MVD showers love on forgotten gems
Neither My Samurai or Showdown are particularly great films — but both have heart and represent the pure 1990s independent action cinema spirit… which makes them perfect candidates for MVD Rewind Collection’s high definition love letter treatment. These films are strictly for the devotees. Those who adore action cinema and crave delving deep into the back catalogs, watching the hard work of unknown and undiscovered talents who were trying to break out with a signature film all their own. If you’re the kind of action fan I’m describing, then read on.
My Samurai (1992)
Oddly titled for a film that has a Korean hero and no detectable samurai, My Samurai is a tonally inconsistent showreel film for star Julian Lee. Just about every 1980s action film trope crosses over here into the early 1990s.
Peter (John Kallo) is unhappy about his neglectful workaholic father (Lost’s Terry O’Quinn) and feels forced to take Taekwondo lessons from Master Young Park’s (Lee) school. When he witnesses a gang of dirty cops dumping a body in the alley behind the school and one of the cops ends up dead in a clear self defense situation, Park, Peter, and his father’s executive assistant Deborah (Lynne Hart) end up on the run in a Warriors-like urban hellscape complete roaming gangs of punks and a weird homeless shelter run by Police Academy’s Bubba Smith.
Crooked cops and gangsters (led by Mako) will stop at nothing to kill this kid who witnessed something he shouldn’t have. It’s one of those movies where they commit like a hundred more blatant crimes that would expose them far more than the kid ever could in their attempts to silence the kid. While on the road, Lee will win the heart of the girl and convince both Deborah and Peter about the wonders of Taekwondo.
Ascribing to the school of “more martial arts is better”, My Samurai strings together a whole lot of fight sequences designed to showcase Lee’s prowess. There’s really not much to the film beyond a bunch of fighting, the walk on roles given to the “known” actors, and a barebones plot getting us from one battle to the next. Lee does the wise trainer bit ala Karate Kid, and he’s pretty good at on screen fighting (he was apparently a world champion in real life). But unfortunately he doesn’t have much of a star presence or the acting talent or charisma to really pull off leading man status. And the script really muddies the waters in terms of whether young Peter is the main character or Young Park. Mr. Miyagi totally rules and even got the Oscar nom for best supporting actor… but that was clearly Daniel Larusso’s story. Here Park is kind of the main character but most of the action revolves around his connection to this bratty kid Peter.
There’s enough silliness and colorful flourishes to recommend My Samurai to those who love a good Karate Kid knockoff or a frivolous martial arts romp. Nothing here will blow your mind except perhaps Bubba Smith’s shenanigans.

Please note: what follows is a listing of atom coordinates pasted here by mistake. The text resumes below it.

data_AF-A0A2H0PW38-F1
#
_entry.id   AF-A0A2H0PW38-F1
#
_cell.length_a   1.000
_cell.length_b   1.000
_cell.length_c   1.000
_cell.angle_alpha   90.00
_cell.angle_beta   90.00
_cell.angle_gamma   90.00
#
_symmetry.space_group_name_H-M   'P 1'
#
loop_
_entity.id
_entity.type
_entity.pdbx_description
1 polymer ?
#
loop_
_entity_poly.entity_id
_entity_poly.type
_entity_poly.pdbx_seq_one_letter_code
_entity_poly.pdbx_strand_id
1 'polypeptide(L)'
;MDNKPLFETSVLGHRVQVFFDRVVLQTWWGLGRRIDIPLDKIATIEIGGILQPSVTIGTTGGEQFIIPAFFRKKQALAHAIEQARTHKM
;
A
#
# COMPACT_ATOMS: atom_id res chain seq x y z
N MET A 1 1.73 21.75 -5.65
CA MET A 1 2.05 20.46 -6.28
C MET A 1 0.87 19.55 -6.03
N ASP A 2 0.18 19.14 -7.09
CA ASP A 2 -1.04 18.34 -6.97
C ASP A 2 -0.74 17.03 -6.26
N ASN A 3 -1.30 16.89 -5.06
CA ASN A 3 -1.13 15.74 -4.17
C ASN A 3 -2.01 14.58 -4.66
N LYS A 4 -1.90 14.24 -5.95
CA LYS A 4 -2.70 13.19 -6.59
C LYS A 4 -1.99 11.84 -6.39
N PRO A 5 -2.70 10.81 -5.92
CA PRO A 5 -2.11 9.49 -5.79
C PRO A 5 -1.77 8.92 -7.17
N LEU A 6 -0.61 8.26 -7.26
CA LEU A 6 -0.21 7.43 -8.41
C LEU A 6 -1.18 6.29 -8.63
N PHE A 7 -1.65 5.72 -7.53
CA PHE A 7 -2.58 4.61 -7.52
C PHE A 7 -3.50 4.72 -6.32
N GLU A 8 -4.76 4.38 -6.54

MVD absolutely makes these discs worth a purchase by packing them out with bonus content featuring new interviews with the stars and collectible packaging. I love how they treat these C-list forgotten films like royalty.
Shockingly thematically similar to My Samurai, Showdown also exists in the post-Karate Kid landscape as an R-rated version of the coming of age martial arts tournament film. Ken Marks (Kenn Scott) is the new kid at school [that looks 30 years old] who runs afoul of the gang of kids who, he’ll later find out, are part of an evil underground dojo in which high school kids are fighting for money. It’s a crazy scenario, but ex-cop and current school janitor Billy Grant (none other than the legendary fitness guru and B-action icon Billy Blanks) takes it upon himself to train Ken up in martial arts. Soon Ken will be fighting to win the girl (the now very famous Christine Taylor), take down the bully, and save the day. But, the Karate Kid formula gets taken up a notch when it’s discovered that evil dojo master Lee (amazing cinematic villain Patrick Kilpatrick) was involved in the incident that took master Billy off the force, so the good and evil masters must also face off in the ring to get ultimate action cinema satisfaction.
Probably the more satisfying and entertaining of the two films presented here, the tournament element of Showdown allows it to feel a little more iconic than My Samurai. You get training montages and ridiculous high school drama all in the same package. Billy Blanks, bless his soul, really was not a good actor. But he’s got a phenomenal screen presence when fighting and acquits himself very well here. The bonus features reveal star Kenn Scott was desperate to become the next Van Damme and trained hard as such. His physique is almost hilariously pristine for what is supposed to be a newly trained high school kid. But Scott really didn’t have that star power charisma to launch him to a larger career.
Showdown actually feels far glossier and more polished than My Samurai (as directed by Rob Radler of Best Of The Best and Best Of The Best II fame), but still comes nowhere close to the lightning in a bottle that something like The Karate Kid was able to capture. It’s a C-list film inspired by A-list tropes and will totally get your blood pumping if you recognize any of the names or films referenced here or if you, like me, have a very healthy appreciation for the filmography of Billy Blanks.
Again, MVD Rewind Collection loads their discs with such treasured bonus material as to make purchasing their product easy to recommend. There’s basically a feature length documentary on here… for a movie that just about no one has heard of. It’s glorious action cinema purists would do well to check out for themselves.
And I’m Out.
My Samurai and Showdown are both now available on Blu-ray from MVD Rewind Collection